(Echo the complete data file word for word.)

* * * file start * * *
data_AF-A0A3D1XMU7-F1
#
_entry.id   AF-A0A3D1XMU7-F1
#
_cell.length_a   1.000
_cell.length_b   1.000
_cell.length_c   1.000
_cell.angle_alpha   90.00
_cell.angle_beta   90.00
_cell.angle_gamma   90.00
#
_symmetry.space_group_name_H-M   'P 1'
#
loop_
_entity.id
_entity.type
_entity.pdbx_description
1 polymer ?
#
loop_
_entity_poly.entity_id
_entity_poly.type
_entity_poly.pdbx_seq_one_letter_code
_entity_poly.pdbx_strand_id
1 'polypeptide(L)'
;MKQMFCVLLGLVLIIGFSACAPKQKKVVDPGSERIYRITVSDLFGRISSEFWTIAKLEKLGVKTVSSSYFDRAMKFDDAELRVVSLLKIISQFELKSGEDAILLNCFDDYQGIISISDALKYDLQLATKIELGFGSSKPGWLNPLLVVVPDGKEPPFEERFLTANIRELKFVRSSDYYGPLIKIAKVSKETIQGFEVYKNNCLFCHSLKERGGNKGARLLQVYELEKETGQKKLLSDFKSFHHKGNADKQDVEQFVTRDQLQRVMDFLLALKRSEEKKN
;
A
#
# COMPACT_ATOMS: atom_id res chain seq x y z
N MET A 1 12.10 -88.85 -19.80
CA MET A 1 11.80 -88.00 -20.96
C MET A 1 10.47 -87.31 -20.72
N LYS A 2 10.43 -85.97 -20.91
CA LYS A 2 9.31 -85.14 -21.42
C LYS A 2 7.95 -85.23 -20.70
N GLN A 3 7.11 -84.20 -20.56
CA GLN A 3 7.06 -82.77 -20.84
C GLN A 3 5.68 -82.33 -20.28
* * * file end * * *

data_AF-A0A3D1XMU7-F1
#
_entry.id   AF-A0A3D1XMU7-F1
#
_cell.length_a   1.000
_cell.length_b   1.000
_cell.length_c   1.000
_cell.angle_alpha   90.00
_cell.angle_beta   90.00
_cell.angle_gamma   90.00
#
_symmetry.space_group_name_H-M   'P 1'
#
loop_
_entity.id
_entity.type
_entity.pdbx_description
1 polymer ?
#
loop_
_entity_poly.entity_id
_entity_poly.type
_entity_poly.pdbx_seq_one_letter_code
_entity_poly.pdbx_strand_id
1 'polypeptide(L)'
;MKQMFCVLLGLVLIIGFSACAPKQKKVVDPGSERIYRITVSDLFGRISSEFWTIAKLEKLGVKTVSSSYFDRAMKFDDAELRVVSLLKIISQFELKSGEDAILLNCFDDYQGIISISDALKYDLQLATKIELGFGSSKPGWLNPLLVVVPDGKEPPFEERFLTANIRELKFVRSSDYYGPLIKIAKVSKETIQGFEVYKNNCLFCHSLKERGGNKGARLLQVYELEKETGQKKLLSDFKSFHHKGNADKQDVEQFVTRDQLQRVMDFLLALKRSEEKKN
;
A
#
# COMPACT_ATOMS: atom_id res chain seq x y z
N MET A 1 12.10 -88.85 -19.80
CA MET A 1 11.80 -88.00 -20.96
C MET A 1 10.47 -87.31 -20.72
N LYS A 2 10.43 -85.97 -20.91
CA LYS A 2 9.31 -85.14 -21.42
C LYS A 2 7.95 -85.23 -20.70
N GLN A 3 7.11 -84.20 -20.56
CA GLN A 3 7.06 -82.77 -20.84
C GLN A 3 5.68 -82.33 -20.28